Table 4. Distribution of gender.

Section Gender

Female Male Total

T n 19 5 24

% within Section 79.2 20.8 100.0

% of Gender in the T section 38.8 16.1

C n 30 26 56

% within Section 53.6 46.4 100.0

% of Gender in the C section 61.2 83.9

Total Count 49 31 80

% within both Sections 61.2 38.8 100.0

Legend. T: Treatment group, C: Control group


Research question 1
What is the nature and extent of SSW use among the participating students?

Students were asked to indicate how frequently they use various social software

technologies. Table 5 summarizes the responses. The labels here are shortened, but on the

questionnaire these technologies were described using generic terminology: for example

“Delicious” was worded as “Delicious or other bookmarking/tagging tool”, wikis as “wikis

excluding Wikipedia”, Facebook as “Facebook or other social networking tools”, etc.

As seen in Table 5, the majority of respondents (90 percent) indicated frequent (i.e., daily

or weekly) use for Facebook or other social networking technologies (SNT). Wikis followed

with 33%, blogs 28% and social bookmarking tools (SBT) 17%. It is notable that 40% of the

respondents were not familiar with this latter concept. The high percentage of students (48.1)

who never used blogs was also somewhat unexpected, considering that this is one of the “older”

and higher profile social software (SSW).

These findings are consistent with the numbers reported in large scale surveys, such as

the series of PEW Internet Studies and the ECAR longitudinal survey of undergraduate students,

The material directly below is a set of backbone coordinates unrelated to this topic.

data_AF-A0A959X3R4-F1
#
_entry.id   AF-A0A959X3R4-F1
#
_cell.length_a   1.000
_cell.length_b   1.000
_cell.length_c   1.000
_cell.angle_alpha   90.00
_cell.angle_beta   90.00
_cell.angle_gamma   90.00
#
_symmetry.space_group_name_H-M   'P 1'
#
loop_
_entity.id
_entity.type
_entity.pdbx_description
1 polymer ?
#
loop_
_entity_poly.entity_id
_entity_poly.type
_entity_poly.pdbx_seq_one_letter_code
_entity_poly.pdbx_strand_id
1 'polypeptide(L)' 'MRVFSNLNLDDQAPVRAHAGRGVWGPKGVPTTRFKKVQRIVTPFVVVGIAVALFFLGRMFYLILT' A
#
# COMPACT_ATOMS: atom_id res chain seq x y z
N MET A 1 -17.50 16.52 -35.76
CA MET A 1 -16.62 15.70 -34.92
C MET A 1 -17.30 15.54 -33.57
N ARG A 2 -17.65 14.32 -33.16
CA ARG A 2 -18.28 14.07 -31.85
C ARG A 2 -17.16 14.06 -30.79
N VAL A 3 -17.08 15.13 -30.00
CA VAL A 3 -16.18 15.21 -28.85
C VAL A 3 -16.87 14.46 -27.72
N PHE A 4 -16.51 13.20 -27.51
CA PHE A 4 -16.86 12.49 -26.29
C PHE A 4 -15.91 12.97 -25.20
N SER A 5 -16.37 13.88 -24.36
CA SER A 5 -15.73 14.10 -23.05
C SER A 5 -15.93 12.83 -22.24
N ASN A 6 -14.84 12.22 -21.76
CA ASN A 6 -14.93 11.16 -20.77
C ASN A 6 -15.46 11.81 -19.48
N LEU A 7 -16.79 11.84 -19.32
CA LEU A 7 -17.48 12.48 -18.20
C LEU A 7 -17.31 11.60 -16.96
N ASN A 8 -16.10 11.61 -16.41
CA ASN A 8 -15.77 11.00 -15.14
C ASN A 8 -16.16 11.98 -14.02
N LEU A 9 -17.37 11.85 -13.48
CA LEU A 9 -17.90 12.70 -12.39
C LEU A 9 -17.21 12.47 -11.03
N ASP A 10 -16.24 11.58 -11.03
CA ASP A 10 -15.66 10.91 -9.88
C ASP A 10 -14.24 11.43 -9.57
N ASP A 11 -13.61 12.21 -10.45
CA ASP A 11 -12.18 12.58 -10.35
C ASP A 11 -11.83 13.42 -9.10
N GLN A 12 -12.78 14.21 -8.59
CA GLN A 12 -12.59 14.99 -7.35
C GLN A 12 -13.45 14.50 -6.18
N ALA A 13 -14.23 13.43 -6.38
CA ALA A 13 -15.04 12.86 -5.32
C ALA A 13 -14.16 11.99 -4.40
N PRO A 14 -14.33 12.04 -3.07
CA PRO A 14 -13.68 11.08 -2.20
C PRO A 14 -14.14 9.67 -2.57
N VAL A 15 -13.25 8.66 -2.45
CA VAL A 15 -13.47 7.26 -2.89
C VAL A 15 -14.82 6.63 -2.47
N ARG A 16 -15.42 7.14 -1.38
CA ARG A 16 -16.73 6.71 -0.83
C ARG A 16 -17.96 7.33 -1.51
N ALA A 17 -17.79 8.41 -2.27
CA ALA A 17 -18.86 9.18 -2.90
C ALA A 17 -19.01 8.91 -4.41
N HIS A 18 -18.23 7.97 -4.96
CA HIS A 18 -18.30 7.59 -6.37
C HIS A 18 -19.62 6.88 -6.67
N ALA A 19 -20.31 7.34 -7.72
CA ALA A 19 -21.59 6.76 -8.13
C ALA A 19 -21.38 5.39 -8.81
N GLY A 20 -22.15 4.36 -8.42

particularly the 2008 version.


Also notable is the almost universal adoption of Facebook and other social networking

technologies. This widely observed phenomenon has made this technology a focus of special

inquiry 27

Table 5. Frequency of use of different SSW technologies

Frequency Wikis Facebook1 Delicious2 Blogs

n % n % n % n %

daily 9 11.4 59 74.7 2 2.6 9 11.4

weekly 17 21.5 12 15.2 11 14.1 13 16.5

monthly 20 25.3 2 2.5 5 6.4 6 7.6

less than once a month 24 30.4 2 2.5 6 7.7 11 13.9

never 6 7.6 4 5.1 23 29.5 38 48.1

don't know 3 3.8 0 0 31 39.7 2 2.5

Total 79 100 79 100 78 100 79 100

including other social networking technologies
including social bookmarking tools

The literature considered these SSW technologies primarily as personal tools, in the

consumer/recreational sphere. I felt it was important to assess whether the students had any

Major longitudinal surveys, such as the ECAR series of undergraduate students and technology study recently
devoted several chapters to the phenomenon of social networking technologies in students’ lives (Salaway et al,

experience with them in an academic context. Generally about 20-25% of respondents reported

using SSW for academic purposes. As seen in Table 6, the use of wikis stands out at 59 percent.

Overall, it appears that among the study participants, the dominant use of SSW falls

outside of the academic sphere, although there is a moderate amount of academic use reported.

Table 6. Students indicating SSW use in past school work

SSW type n %

Wikis 46 59.0

Blogs 20 25.3

Facebook or other social networking tool 17 21.5

Delicious or other social bookmarking tool 15 19.0

Students were asked to rate their skills with the various SSW technologies. Students’ self

reported skills with the technologies rank Facebook and other social networking sites first, as

most students reported they were very skilled with the technology. Facebook was followed by

wikis, blogs, and social bookmarking tools. This is the same rank order as the one reported for

usage frequencies. The distribution of ratings is illustrated in Table 7.


Table 7. Students’ self-reported skills with SSW

SSW type Mean Median Percentile 25 Percentile 75

Facebook or other social networking tool 4.5 5.0 4.0 5.0

Wikis 3.3 3.5 3.0 4.0

Blogs 2.5 3.0 1.0 4.0

Delicious or other social bookmarking tool 1.6 1.0 0.0 3.0

Note. Skills rated on a 5 point Likert scale: 1 = not skilled at all with the technology and 5 = very skilled

Students were asked about how they used SSW technologies. This is summarized in